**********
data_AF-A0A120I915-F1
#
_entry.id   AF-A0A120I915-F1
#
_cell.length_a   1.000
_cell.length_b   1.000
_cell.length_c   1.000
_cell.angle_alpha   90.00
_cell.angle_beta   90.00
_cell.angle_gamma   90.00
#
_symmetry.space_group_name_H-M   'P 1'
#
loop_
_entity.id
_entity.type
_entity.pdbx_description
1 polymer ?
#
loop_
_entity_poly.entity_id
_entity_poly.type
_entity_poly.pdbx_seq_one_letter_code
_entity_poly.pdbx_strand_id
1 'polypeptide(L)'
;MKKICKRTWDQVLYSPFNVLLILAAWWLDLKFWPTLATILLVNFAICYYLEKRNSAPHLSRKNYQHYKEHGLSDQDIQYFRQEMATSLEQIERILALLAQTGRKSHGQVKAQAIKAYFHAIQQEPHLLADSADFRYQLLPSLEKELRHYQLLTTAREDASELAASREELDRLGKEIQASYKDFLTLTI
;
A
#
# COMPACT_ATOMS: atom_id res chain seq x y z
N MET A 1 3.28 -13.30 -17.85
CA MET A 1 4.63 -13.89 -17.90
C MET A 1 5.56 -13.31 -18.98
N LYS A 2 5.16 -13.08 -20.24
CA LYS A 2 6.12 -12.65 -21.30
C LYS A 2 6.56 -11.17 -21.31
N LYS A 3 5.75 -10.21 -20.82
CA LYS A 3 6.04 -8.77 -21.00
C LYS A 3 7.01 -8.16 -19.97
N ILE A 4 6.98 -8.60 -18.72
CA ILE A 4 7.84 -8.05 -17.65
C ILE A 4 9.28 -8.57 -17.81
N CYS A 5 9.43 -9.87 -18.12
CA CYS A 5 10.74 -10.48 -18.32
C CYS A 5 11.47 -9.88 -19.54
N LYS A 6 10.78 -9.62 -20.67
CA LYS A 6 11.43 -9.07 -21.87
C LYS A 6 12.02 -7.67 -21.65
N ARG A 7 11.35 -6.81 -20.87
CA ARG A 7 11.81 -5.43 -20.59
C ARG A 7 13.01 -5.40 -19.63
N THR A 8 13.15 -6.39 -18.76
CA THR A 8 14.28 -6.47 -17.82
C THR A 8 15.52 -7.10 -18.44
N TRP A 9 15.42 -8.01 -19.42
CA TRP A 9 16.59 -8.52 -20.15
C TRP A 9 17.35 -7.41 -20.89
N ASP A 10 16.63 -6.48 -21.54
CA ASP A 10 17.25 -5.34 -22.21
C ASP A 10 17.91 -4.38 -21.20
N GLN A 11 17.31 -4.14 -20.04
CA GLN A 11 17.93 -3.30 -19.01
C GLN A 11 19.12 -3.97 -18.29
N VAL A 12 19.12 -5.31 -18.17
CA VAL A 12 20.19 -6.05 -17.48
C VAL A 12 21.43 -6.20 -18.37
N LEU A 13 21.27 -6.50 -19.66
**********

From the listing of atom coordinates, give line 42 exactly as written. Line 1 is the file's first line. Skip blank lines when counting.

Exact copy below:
C ILE A 4 9.28 -8.57 -17.81